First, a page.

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Title: Alcohol in the lives of first time professional mothers recently returned to work : an interpretative phenomenological analysis
Author: Hodgson, Emily Barbarina
ISNI:       0000 0004 7660 6615
Awarding Body: University of Leeds
Current Institution: University of Leeds
Date of Award: 2018
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Introduction - The rise in female drinking has been identified as one of the key trends in drinking in the UK. Those in higher socio-economic groups appear to be drinking the most and most frequently (Office for National Statistics [ONS], 2016). Many women become mothers and the wider impact of parental drinking is well documented and causing growing political concern (McGovern et al., 2018). Most mothers give up alcohol during pregnancy and resume drinking in the years that follow (Bailey, Hill, Hawkins, Catalano, & Abbott, 2008; Lui, Mumford, & Petras, 2014; Meurk, Broom, Adams, Hall, & Lucke, 2014). This period represents a teachable moment for behaviour change in relation to mothers and smoking (Baxter et al., 2011; McBride, Emmons, & Lipkus, 2003), and potentially alcohol but this has yet to be explored. This thesis fills a gap in the literature by speaking to first time professional mothers about their experiences of alcohol as they negotiate the transitions of motherhood and the return to professional life. Method - A cross sectional survey was devised for the sole purpose of recruiting first time professional mothers, who had returned to work within the last two years, given up alcohol whilst pregnant, and since resumed drinking as indicated by a positive AUDIT C score. The survey was distributed via on-line forums and nursery mailing lists. Seven purposefully selected participants participated in a semi-structured interview about their lived experience of alcohol. The interviews were recorded and transcripts analysed using Interpretative Phenomenological Analysis. Individual analysis was conducted for each participant before moving on to group analysis. Results - Three super-ordinate themes emerged from the analysis with twelve interrelated sub-ordinate themes. The mothers interviewed revealed ambivalent feelings towards alcohol. They moved between defending past excessive drinking and distancing themselves from it as it threatened their new identity as responsible mothers. The experience of becoming a mother had been isolating and there was a shame in finding it difficult. As new mothers the women had experienced the loss of alcohol as a flag for identity and as an important element of social activity. It felt as if the women were at different points in a journey towards acceptance of this change and re-authoring their relationship with alcohol. Notable was the extent to which the decision not to drink was experienced as socially unacceptable and hidden. Discussion - This study elucidates our understanding of professional women's relationship with alcohol during this significant period of transition. Findings suggest that this period represents a teachable moment. A positive intervention at this time, offering mothers the opportunity to reflect on their relationship with alcohol, could help them to build on their recent period of abstinence and alter their drinking behaviour in the future. The findings are discussed in relation to psychological theory and clinical implications highlighted. Methodological limitations are discussed and areas for future research recommended.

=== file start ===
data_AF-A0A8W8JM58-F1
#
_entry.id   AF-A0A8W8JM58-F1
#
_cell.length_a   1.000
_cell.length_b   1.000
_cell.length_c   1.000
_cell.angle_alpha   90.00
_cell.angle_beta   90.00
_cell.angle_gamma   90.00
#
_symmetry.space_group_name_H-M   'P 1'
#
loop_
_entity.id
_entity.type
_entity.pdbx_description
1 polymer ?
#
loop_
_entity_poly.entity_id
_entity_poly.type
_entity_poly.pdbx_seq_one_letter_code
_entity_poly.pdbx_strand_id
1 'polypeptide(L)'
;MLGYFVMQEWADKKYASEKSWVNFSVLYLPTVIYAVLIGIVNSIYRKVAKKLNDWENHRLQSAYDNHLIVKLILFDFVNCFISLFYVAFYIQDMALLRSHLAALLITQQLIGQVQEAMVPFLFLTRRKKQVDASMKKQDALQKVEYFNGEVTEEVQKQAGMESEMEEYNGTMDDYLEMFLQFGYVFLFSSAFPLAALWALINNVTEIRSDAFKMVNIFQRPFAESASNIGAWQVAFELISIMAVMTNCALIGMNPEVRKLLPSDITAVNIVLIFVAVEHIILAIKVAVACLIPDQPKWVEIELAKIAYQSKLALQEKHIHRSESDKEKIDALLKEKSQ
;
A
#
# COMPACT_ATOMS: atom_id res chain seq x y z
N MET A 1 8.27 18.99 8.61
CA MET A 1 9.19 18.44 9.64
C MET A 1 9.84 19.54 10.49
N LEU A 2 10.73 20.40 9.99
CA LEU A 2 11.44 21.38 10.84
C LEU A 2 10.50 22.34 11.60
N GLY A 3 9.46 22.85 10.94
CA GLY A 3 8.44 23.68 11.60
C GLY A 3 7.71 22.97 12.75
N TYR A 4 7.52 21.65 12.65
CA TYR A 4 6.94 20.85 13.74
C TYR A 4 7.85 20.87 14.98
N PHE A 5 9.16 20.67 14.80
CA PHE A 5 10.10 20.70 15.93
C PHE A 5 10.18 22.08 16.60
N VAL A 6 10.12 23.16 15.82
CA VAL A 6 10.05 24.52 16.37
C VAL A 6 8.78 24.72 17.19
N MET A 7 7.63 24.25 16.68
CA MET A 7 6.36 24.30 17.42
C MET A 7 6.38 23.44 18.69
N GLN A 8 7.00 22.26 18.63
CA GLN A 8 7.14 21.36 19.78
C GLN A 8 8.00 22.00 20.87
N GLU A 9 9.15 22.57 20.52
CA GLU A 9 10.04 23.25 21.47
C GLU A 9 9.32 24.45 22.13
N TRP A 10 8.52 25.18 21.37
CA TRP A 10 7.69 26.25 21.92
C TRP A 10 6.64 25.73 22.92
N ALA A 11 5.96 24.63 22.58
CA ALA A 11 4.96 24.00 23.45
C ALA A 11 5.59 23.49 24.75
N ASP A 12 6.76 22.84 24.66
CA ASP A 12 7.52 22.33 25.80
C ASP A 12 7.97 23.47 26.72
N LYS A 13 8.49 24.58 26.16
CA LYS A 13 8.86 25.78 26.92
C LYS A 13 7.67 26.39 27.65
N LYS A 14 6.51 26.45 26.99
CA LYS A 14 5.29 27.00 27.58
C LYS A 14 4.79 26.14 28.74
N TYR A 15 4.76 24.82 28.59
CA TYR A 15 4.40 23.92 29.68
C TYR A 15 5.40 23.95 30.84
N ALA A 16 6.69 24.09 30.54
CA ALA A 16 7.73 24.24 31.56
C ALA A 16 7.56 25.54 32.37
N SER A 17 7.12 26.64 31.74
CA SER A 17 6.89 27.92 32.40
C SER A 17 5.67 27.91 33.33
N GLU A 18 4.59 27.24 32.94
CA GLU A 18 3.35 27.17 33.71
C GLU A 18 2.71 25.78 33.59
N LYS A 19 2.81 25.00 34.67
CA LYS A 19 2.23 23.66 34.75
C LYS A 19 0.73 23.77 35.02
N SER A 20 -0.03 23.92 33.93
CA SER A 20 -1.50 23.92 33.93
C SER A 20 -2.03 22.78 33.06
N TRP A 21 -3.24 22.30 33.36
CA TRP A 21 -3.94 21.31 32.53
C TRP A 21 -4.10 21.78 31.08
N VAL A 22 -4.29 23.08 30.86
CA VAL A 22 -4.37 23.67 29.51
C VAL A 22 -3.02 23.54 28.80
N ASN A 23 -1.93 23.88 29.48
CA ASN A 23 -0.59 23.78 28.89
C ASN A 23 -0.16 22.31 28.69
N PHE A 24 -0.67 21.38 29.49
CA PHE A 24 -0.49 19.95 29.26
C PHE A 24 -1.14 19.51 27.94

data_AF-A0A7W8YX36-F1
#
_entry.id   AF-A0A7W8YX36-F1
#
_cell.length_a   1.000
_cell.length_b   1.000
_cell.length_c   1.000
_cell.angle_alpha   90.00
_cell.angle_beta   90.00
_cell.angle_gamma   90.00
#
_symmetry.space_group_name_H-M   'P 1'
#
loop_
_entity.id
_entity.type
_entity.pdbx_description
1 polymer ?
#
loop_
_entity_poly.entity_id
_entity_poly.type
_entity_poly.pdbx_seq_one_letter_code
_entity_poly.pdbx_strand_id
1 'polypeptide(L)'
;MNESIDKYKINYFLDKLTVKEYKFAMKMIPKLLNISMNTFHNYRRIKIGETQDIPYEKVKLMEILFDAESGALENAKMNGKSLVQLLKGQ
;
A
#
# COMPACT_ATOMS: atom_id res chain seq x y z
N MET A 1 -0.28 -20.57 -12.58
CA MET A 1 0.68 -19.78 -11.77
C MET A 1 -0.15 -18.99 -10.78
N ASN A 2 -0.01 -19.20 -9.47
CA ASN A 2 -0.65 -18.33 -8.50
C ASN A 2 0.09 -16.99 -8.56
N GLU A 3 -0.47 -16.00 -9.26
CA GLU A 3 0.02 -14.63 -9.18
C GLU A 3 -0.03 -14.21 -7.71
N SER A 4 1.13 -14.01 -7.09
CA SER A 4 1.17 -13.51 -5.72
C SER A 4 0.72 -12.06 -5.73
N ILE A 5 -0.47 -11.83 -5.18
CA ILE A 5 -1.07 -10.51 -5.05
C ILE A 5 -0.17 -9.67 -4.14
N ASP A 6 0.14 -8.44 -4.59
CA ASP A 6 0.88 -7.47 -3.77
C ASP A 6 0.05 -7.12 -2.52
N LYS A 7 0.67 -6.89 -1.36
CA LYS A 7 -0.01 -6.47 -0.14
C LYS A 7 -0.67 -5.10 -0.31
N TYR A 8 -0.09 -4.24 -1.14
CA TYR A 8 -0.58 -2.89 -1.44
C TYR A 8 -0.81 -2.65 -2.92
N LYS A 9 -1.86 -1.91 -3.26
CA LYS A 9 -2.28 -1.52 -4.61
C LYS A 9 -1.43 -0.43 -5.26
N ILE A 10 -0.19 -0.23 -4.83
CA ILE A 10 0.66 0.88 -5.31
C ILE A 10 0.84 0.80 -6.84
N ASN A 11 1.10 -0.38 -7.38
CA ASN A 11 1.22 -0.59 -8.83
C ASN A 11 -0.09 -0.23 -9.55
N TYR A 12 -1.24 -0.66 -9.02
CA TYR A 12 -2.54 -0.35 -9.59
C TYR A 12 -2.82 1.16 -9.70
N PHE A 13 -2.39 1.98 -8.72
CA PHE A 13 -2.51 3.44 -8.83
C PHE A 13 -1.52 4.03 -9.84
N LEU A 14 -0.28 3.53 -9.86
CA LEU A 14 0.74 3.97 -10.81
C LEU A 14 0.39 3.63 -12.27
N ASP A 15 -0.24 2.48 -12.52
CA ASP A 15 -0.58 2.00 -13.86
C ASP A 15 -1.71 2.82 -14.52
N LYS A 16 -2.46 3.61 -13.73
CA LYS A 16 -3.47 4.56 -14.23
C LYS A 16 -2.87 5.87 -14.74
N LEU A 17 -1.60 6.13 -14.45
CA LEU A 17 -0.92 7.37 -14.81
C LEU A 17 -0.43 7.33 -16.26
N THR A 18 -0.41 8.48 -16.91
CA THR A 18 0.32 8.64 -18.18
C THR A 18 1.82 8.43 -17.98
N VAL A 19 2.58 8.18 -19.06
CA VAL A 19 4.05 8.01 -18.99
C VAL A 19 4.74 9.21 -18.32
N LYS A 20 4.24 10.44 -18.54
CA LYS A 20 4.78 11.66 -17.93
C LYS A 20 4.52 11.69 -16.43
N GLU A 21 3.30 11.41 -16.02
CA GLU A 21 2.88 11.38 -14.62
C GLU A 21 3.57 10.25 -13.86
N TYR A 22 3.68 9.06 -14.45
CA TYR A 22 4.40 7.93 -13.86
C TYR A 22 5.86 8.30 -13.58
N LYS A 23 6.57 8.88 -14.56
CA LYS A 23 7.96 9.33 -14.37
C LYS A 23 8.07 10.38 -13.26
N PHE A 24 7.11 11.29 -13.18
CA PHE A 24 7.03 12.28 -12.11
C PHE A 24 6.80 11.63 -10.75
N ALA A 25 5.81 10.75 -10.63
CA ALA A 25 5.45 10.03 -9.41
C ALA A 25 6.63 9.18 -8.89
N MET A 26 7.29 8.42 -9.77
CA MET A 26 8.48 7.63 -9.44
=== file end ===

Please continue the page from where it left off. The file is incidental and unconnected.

Supervisor: Bewick, Bridgette ; Martin, Carol Sponsor: Not available
Qualification Name: Thesis (D.Clin.Psy.) Qualification Level: Doctoral
EThOS ID:  DOI: Not available